My point is, Koreans call Yellow Sea as West Sea. Chinese simply laugh at them and correctly point out that Yellow Sea is Yellow Sea, and "East Sea" is west of Japan.

24.この2年でいろいろと思い通りになったあなたがたは、中国に「日本海」を「東海」と表記するよう求めています。しかしこれは全くもって噴飯もの。あ なたがたに教えて差し上げましょう。「日本海」というのはこれまで慣習として呼ばれてきたもので、「日本の海」という意味ではありません。インド洋、アラ ビア海、ベンガル湾然り、皆その国に属してませんよね。
日本の国の面積と人口はあなたの国より遙かに多く、数百年という欧米との交流の歴史をも ち、国力も強大がため、この海域が日本海と称されるのは必然的な要因があったのです。
それに日本はその片側半分をこの海域に浸しています。その長 さから見ても論拠には充分で、あなたがたが「東海」と呼ぶ海域は、日本からみれば「西海」ではありませんか。
中国では古来、この海域を「青海」も しくは「鯨海」と称していました。唐代の渤海は現在のウラジオストックから日本海をまたぎ、十数回と渤海使を派遣して日本と交流をおこなっていたのです。 このときに中国はこの海域を「日本海」と呼んでいます。精巧で美しい海図と多くの文献が残されています。古地図を展示するのが大好きなあなたがたがまさか それを知らない筈はないでしょう。

25.あなたがたは60年代あたりから、黄海をこっそりと「西海」に改めるよう国際社会に働きかけてい ますよね。いまではあなたがたの国の出版社はすべて黄海を「西海」と表記しています。でも無駄です。英語読みで黄海は「Yellow Sea」。黄海は永遠に黄海です。

Third, Korean history does not relate to real history.
South Korea almost abandoned Chinese characters. (North Korea abandoned Chinese characters completely and uses only Hangul now.) This is a serious problem because all history documents before the Japanese era are completely written in Chinese characters. Hangul, the phonetic letters, were not for official use before then. Even the first communication between Meiji Japan and Korea (Li dynasty) was written in Chinese. When 袁世凱 interrogated 大院君, the father of 高宗, the communication between the two was written Chinese. The records during the Japanese era are written in Japanese with massive Chinese characters. Therefore, younger generations in South Korea have no basic skills to read the historical records other than what is written in Hangul. This makes Korean history education into Orwellian form: students cannot verify the original source or do they care at all? Koreans are now claiming they have 5,000 years of history.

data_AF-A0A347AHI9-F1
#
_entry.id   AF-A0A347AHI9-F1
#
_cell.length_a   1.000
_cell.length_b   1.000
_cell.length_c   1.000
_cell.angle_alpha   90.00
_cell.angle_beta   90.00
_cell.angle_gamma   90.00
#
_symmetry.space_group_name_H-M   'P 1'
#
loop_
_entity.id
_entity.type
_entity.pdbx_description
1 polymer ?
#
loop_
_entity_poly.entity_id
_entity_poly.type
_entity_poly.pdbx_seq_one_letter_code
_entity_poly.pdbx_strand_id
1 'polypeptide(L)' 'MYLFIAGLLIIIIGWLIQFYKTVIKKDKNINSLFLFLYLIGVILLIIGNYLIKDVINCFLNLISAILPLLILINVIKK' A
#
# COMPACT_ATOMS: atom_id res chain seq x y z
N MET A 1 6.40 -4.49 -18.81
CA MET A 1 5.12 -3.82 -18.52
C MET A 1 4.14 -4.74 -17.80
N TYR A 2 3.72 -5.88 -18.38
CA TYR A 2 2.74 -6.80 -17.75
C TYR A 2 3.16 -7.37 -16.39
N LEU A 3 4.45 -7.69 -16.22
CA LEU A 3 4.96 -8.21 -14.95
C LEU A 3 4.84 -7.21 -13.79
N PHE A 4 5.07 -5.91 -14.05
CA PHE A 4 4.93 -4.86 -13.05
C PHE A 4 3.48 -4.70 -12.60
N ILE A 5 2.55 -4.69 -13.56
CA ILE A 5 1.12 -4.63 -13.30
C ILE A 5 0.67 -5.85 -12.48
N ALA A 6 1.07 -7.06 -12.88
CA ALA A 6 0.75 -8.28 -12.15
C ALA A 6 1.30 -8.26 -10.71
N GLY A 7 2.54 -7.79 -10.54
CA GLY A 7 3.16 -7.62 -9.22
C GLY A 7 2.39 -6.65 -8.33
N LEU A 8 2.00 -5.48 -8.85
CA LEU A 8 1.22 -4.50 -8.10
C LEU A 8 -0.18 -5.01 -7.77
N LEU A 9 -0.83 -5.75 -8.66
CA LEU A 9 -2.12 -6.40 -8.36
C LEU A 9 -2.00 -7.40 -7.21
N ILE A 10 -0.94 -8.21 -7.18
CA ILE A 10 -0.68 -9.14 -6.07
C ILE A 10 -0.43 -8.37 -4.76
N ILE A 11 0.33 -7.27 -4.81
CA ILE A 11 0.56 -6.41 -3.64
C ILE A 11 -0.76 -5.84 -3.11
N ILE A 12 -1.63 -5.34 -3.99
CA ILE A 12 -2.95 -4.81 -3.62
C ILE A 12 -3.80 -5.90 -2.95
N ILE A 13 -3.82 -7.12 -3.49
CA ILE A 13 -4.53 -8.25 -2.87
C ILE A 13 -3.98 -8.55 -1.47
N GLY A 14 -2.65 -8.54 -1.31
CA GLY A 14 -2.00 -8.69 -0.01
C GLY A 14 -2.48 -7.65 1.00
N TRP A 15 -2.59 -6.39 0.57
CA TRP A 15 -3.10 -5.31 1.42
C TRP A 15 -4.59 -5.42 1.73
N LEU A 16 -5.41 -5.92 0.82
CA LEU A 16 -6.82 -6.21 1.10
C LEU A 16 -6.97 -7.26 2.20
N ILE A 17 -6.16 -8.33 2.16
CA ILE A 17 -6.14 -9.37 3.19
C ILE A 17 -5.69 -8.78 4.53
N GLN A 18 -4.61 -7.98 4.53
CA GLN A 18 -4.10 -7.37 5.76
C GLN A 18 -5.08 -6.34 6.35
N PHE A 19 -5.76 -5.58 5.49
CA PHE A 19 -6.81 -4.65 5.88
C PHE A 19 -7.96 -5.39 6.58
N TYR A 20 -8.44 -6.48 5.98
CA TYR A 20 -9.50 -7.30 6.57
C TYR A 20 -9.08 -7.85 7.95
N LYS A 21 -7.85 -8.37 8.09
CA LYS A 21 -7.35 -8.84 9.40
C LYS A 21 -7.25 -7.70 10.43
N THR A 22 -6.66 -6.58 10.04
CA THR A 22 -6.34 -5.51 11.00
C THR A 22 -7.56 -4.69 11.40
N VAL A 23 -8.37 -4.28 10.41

The first history book in Korea 三国史記 (history of three nations, meaning three Koreas) was written in 12th century, 500 years after the Japanese one. Chinese wrote the first history book 史記 in 1st century BC. All historical records of Korea before 12th century relies either Chinese or Japanese records, as if they were not important at all to Koreans. Hangul was created in 15th century. Nothing was written in Hangul before then, and everything was written in Chinese. Japanese phonetic alphabets, the counterpart of Hangul, were established in 8th century. 三国史記 places beginning of Korea at right after the occupation by 武帝 of Han dynasty (1st century AD). Since Chinese have all the documentation, 三国史記 could not fake the history before that, but at least the author read and knew the Chinese documents. Japanese were again fortunate (?) in that sense, because in the first two history books written in 7th century, they could place the origin of Japan (and the emperor) in 7th century BC.

The Orwellian system could be found in the purest form in North Korea, because they completely abolished Chinese characters. They can create and recreate the history as they wish and as often as they like. Now, Kim Jong Il was born in mountain shack in North Korea, when actually he was born in Russia under the protection of Soviets.

For these reasons, past history means something different from the actual history in South Korea, which is reinforced through their educational system motivated by political agenda and their fear for identity. This situation makes politics of history completely futile. Therefore, Japan should leave history to historians and direct things to more pragmatic aspects.

1 comment:

apple407 said...

Your research and scholarship is impressive. But, I feel you remain too focussed on your (impressive) details that you fail to brush in the larger global picture for the cause of so-called Japanese war of aggression: African continent-colonized by Europe; India-colonized by Britain; China-about to be colonized; South-east Asian zone variously owned by european interests; not to omit Russian expansionist intentions in Mongolia and in China and in the middle east.

Didn’t these wider global trends instruct Japan in its own survival strategies?